There are 30,083 books with the word "happiness" in the title on www.amazon.com. Of those, 10,484 are in the self-help category, and 6,436 are listed under religion and spirituality. Clearly happiness is a hot topic.
Nancy Colier says in her new book, "Inviting a Monkey to Tea: Befriending Your Mind and Discovering Lasting Contentment." Colier maintains that there is a state beyond happiness, which is fragile and dependent on outer circumstances. Rather, Colier proposes that we can attain well being, "a state of being that is
deeper than happiness, one that can support us and keep us eternally OK."
Colier lays out a clear road map in her book, which draws on her training in eastern spirituality, flow states, and psychotherapy. She uses highly relatable stories from her clients to illustrate how travelers on the path to wellness get there: A woman who shops to avoid the feeling of anxiety, a man who gets upset about missing the train and arriving late for an appointment, an athlete whose body can no longer be a source of pride.
The book offers a step-by-step guide to achieving well being, starting by describing our personal and cultural addiction to happiness and ending in the state beyond happiness, where all events, emotions, and mind states can be accommodated with a sense of ease and confidence.
Colier knows the path well, which provides both inspiration and assurance.
"As a student of Advaita Vedanta and Buddhism, I have been practicing awareness and meditation for a long time. For a good part of that time, I was using my spiritual practice to try to make me feel a different way than the way I felt, or maybe, more accurately, to take me somewhere else internally -- anywhere other than where I was. Peace and happiness were the goal for my spiritual practice," she writes in the introduction.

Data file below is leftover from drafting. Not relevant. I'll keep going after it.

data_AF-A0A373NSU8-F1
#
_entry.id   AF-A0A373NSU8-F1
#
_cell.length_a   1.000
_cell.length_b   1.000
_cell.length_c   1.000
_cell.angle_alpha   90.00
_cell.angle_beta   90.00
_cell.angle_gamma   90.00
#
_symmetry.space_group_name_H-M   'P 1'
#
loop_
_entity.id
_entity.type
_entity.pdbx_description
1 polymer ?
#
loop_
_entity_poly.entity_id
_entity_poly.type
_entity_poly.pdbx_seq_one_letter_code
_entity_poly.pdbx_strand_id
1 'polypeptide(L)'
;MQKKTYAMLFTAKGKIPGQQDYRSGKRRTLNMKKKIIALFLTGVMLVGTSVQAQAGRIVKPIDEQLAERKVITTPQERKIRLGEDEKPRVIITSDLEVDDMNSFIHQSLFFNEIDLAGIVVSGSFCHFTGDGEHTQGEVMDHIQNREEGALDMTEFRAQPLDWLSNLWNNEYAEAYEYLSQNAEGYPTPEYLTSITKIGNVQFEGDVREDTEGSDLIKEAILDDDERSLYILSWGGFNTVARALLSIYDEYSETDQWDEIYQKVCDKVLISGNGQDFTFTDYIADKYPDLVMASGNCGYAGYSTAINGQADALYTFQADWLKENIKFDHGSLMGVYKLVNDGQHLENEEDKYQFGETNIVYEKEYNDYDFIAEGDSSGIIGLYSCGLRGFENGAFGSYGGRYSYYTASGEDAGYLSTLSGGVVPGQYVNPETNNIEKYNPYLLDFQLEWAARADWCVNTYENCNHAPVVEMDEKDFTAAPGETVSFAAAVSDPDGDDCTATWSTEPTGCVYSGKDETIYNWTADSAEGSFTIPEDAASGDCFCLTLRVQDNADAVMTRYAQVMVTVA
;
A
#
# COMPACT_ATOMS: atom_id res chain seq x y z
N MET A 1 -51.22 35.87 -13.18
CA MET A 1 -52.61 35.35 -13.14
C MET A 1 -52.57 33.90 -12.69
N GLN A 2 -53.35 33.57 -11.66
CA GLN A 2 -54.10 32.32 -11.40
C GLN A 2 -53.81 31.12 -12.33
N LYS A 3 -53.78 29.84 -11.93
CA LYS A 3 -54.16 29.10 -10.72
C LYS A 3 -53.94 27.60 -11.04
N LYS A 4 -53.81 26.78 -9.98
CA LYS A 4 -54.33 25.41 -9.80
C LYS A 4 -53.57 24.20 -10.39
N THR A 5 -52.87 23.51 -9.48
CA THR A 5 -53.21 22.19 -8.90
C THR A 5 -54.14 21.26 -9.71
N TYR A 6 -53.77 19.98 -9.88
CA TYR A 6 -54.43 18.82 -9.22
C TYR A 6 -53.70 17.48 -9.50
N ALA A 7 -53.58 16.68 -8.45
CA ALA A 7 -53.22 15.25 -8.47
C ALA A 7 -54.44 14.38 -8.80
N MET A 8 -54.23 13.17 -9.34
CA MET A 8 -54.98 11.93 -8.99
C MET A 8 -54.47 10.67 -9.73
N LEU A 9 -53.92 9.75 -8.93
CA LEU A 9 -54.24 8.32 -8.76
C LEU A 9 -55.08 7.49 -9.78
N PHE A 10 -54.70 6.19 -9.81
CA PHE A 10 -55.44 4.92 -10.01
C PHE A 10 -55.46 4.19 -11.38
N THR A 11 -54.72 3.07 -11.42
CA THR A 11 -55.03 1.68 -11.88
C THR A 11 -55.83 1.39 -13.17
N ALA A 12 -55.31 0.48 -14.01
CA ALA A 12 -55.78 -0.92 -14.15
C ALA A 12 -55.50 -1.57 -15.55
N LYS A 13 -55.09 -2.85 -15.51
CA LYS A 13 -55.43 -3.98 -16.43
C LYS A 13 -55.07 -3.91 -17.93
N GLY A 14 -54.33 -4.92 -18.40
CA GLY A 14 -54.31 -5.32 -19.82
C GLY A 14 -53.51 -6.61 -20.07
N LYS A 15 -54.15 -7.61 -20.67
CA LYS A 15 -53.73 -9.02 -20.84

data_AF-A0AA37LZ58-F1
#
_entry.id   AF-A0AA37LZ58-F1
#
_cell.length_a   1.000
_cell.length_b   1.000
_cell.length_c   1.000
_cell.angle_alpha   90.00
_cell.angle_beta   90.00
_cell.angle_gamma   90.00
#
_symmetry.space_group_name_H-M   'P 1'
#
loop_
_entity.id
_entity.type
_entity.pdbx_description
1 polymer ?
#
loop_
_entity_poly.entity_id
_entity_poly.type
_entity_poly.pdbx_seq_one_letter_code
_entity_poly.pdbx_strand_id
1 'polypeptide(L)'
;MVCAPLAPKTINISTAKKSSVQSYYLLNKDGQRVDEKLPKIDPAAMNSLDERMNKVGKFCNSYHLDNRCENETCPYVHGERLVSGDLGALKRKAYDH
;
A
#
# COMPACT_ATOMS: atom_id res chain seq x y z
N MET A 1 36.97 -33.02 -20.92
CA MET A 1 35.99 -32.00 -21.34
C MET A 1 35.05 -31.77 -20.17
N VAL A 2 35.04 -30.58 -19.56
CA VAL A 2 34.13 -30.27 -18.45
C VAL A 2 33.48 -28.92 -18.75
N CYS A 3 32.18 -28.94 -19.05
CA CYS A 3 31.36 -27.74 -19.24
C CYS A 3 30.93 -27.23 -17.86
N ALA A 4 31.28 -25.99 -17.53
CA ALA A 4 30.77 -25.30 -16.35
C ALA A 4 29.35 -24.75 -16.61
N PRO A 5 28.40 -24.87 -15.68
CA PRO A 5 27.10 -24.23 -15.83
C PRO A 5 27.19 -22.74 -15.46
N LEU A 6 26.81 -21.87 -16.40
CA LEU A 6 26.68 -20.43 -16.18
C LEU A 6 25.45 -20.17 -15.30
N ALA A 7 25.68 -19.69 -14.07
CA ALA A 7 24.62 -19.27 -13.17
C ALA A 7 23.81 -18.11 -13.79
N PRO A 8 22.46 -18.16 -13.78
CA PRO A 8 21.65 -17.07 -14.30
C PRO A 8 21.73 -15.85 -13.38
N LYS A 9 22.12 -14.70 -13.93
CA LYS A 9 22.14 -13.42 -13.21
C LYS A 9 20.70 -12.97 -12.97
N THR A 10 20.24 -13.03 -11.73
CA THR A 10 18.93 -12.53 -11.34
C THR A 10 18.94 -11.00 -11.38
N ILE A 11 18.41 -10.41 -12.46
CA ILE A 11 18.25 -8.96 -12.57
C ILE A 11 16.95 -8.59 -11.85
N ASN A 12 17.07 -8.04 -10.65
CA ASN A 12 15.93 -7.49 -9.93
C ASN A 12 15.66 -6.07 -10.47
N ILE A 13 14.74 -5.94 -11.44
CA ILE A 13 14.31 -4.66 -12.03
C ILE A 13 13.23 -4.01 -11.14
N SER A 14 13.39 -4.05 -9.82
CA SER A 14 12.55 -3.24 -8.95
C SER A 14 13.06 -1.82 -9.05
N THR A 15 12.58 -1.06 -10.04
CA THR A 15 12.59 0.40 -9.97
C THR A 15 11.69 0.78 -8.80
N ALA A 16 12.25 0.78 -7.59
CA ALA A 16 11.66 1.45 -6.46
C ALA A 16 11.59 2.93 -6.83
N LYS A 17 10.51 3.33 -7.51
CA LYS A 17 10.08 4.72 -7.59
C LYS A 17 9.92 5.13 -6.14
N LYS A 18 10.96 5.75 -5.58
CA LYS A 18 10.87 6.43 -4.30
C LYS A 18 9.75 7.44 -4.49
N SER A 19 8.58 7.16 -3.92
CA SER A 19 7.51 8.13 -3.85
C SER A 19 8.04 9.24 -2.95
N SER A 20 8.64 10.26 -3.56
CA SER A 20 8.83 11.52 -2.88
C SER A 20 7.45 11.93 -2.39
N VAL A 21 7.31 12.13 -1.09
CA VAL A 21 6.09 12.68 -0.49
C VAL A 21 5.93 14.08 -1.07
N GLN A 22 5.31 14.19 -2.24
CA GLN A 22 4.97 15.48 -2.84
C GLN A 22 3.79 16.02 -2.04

Colier says she experienced glimpses of that, but "again and again, when life presented its toughest challenges ... the peace and happiness that I had achieved on the meditation cushion slipped away." Tired of continually trying to get back to a fleeting state, Colier changed the focus of her meditation practice. Rather than meditating to find happiness and peace, Colier began meditating to see what was true in her life at that moment.
"I suppose you could say that I stopped using my meditation practice as an object whose purpose was to provide me with something, transport me somewhere else, make me someone else," she writes. She began to use her meditation as a way to be with whatever was happening. That led her to "a peaceful, contented state that fed on what was real, here, and now."
"It was not until I stopped relating to happiness as an object to be gained, stopped searching for happiness -- as a way out -- and started searching for what is --as a way in -- that I discovered a doorway to somewhere far more blissful than happiness had ever taken me."
Want to go there? The book is a step-by-step, detailed guide. None of it will be surprising to students of Buddhism or psychology. This ground has been walked before. But Colier -- who is a regular columnist for the Huffington Post as well as an interfaith minister, psychotherapist, and public speaker -- presents it in a clear, contemporary, straight-forward way, balancing theory with enough personal details from her own life and from clients in her practice, to make it possible.
It's also clear that just reading the book won't get you there. You have to do your own work to get beyond the addiction to happiness and into the land of well-being. You still have to get to the meditation cushion. But this book is a helpful guide for working with what you find there.